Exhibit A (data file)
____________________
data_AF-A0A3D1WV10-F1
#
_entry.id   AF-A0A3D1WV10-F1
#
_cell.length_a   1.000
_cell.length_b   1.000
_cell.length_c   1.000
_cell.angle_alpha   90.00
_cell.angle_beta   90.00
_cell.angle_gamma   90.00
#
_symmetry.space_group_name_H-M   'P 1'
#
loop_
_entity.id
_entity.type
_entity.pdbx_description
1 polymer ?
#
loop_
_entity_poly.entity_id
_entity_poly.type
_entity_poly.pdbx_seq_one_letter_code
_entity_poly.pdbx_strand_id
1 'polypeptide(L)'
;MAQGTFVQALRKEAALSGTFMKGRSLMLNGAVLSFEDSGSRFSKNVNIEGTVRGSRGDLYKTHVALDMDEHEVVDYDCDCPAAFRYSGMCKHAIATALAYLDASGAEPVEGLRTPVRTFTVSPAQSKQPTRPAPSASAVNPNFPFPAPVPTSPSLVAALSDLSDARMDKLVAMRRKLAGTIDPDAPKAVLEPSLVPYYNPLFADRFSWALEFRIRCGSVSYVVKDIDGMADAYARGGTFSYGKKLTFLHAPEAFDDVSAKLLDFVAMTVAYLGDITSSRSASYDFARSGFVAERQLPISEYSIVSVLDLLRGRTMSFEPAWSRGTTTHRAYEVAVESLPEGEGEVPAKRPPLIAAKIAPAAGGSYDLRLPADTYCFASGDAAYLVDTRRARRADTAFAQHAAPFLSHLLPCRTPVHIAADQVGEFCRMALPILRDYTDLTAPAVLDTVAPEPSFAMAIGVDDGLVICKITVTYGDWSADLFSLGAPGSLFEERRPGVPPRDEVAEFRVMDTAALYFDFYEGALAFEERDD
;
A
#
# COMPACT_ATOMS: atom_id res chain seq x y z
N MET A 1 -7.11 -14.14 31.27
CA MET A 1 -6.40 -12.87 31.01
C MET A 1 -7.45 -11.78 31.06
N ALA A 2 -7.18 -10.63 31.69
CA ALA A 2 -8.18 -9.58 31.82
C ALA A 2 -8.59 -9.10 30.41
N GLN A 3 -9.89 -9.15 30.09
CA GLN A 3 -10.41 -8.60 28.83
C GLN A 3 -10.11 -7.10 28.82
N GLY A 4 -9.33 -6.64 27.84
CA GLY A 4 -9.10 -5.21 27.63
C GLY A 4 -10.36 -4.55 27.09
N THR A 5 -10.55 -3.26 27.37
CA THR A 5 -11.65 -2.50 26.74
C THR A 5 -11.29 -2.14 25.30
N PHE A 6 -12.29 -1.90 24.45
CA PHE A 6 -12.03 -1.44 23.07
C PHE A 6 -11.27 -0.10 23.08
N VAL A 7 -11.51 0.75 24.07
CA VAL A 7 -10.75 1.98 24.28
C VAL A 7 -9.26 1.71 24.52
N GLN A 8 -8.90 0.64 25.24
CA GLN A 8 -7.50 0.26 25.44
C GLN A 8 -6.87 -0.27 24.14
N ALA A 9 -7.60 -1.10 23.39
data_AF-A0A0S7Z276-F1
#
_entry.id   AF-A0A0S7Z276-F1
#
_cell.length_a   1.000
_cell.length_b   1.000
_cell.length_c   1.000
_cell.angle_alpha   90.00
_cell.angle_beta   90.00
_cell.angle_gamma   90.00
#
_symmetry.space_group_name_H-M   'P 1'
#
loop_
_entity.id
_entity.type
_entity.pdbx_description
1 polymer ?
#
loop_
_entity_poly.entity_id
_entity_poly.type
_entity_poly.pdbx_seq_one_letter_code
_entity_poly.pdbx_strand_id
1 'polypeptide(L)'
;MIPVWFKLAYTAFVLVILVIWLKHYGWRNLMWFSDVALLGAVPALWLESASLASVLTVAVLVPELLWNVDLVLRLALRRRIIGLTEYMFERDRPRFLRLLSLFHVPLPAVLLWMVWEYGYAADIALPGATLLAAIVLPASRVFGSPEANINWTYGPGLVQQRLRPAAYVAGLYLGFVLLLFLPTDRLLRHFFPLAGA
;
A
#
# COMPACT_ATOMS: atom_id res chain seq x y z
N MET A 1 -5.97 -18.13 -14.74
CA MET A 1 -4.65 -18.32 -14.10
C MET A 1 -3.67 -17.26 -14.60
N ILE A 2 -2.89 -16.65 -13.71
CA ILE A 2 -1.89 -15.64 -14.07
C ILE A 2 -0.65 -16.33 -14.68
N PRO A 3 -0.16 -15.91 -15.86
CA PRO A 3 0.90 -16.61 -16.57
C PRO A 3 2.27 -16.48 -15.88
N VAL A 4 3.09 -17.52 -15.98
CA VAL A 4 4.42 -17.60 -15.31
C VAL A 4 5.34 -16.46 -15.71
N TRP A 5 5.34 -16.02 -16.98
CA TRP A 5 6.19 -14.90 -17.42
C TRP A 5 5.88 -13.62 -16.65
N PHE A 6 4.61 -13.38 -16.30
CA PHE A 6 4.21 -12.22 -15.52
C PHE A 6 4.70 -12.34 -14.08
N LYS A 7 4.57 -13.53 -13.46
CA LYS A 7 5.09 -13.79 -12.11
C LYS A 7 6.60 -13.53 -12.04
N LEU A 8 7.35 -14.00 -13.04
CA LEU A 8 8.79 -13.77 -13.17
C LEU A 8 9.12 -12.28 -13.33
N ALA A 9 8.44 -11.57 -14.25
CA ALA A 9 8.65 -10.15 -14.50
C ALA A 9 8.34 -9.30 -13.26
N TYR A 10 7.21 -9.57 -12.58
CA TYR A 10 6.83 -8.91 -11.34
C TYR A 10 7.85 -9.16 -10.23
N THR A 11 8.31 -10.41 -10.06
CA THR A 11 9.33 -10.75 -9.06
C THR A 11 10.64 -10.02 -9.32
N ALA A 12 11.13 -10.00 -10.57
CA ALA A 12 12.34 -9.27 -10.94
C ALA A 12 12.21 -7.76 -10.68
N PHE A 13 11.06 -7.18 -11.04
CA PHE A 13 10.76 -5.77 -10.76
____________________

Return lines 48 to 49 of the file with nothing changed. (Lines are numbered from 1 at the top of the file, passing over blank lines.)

C PHE A 6 -11.27 -0.10 23.08
N VAL A 7 -11.51 0.75 24.07